I’ll give you an example from my own experience.  I hesitate to do so, as it makes me feel quite vulnerable to tell this story!  But here goes. Last year after the brutal death of George Floyd in Minneapolis, I composed a song to help me personally deal with the pent-up emotions I was feeling about this event.  As a white woman, the writing of the song made me uncomfortable and I broke down often during its creation. But where the vulnerability really put in an appearance was in my decision to video and share the song (with poor lighting and my very basic guitar accompaniment front and center!) on social media.  I had not posted solo performances of any of my songs before, and in this case, I was really exposing myself: my creation, my reaction to the event, my emotions, my musicianship, and my voice — both my voice as a writer and my singing voice. Scary.  But also cathartic — and ultimately freeing. I still struggle with my emotions about this event and others like it, but letting my guard down and exploring my own feelings publicly really helped me gain some footing around what was going on and spurred me on to consider ways that I could be a better advocate for social change.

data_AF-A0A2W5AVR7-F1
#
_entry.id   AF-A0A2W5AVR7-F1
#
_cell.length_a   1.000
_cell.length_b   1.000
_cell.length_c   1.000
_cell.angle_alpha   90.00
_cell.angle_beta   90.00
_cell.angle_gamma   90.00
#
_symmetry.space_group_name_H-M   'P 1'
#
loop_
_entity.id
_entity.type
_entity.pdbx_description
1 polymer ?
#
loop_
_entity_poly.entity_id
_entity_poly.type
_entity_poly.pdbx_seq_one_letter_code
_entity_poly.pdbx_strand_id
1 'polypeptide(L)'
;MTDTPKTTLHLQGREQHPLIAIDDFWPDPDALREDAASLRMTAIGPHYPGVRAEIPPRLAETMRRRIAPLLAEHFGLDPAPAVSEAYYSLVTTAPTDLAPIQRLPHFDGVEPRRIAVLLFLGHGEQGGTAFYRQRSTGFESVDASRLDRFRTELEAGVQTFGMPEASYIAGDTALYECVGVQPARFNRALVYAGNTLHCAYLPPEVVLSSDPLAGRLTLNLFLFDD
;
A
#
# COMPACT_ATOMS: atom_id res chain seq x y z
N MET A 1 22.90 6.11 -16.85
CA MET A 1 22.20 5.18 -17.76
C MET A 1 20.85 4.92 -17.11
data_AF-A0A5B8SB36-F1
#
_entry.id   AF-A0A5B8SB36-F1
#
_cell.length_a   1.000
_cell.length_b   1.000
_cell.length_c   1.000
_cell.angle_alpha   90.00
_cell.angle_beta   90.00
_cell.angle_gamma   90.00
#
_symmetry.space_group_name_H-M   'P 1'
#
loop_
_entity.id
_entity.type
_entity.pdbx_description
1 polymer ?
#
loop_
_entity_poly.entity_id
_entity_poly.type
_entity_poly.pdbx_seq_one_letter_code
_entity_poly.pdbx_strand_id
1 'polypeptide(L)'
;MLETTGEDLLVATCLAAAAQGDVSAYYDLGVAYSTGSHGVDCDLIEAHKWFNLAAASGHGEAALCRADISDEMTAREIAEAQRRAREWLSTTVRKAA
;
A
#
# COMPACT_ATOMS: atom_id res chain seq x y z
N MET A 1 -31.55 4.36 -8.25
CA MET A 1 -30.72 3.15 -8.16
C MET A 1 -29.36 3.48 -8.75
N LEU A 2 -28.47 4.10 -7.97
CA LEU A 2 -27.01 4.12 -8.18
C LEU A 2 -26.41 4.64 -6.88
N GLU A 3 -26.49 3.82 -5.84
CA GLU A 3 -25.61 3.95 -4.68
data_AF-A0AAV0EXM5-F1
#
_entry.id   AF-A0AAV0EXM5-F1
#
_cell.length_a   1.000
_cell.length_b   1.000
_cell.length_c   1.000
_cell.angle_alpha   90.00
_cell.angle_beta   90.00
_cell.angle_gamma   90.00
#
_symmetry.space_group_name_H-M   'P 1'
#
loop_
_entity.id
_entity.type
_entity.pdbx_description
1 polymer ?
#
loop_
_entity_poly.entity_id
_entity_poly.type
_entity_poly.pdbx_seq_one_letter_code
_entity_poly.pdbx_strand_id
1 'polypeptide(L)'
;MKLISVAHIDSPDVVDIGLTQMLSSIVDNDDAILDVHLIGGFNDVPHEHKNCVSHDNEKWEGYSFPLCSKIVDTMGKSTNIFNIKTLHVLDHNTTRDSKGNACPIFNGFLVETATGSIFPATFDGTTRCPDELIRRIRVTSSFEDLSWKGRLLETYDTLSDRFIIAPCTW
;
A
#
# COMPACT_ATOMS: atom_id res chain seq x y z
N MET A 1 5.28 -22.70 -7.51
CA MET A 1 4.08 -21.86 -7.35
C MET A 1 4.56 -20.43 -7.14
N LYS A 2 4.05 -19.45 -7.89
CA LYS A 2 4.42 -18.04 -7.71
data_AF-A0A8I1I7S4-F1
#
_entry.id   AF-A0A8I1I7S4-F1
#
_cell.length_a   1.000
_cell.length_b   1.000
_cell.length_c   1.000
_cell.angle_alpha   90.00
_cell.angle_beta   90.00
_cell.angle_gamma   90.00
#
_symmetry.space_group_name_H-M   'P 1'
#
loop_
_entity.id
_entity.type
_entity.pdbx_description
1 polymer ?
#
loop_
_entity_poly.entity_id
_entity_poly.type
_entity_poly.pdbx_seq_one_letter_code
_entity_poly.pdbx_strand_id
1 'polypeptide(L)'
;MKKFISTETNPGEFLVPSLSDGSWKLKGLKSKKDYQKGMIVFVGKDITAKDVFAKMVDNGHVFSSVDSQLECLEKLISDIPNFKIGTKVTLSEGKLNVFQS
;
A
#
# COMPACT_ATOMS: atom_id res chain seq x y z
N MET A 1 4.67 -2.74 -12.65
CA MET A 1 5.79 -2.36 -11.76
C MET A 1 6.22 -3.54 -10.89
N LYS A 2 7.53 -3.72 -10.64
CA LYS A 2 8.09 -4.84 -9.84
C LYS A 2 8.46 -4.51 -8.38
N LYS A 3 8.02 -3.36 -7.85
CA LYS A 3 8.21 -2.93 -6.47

So we’ve established that creativity is stimulated by vulnerability and that this vulnerability can be freeing for the artist.  But, how does this work in an office setting?  Well, frankly, it begins with leaders who allow for this type of vulnerability to exist without judgment. These leaders can achieve this by modeling and encouraging behaviors that open the door for others to feel comfortable having open conversations and interactions with their coworkers. 

Please understand that this doesn’t mean that managers and executives need to be overtly emotional at work (although, I do think that can be okay, if it is honest and real!).  It means that they are prepared to be open with their peers and direct reports. They are ready to share their own personal journey, willing to acknowledge their own weaknesses or failures, to use them as  learning moments for themselves, for their team, and for the organization.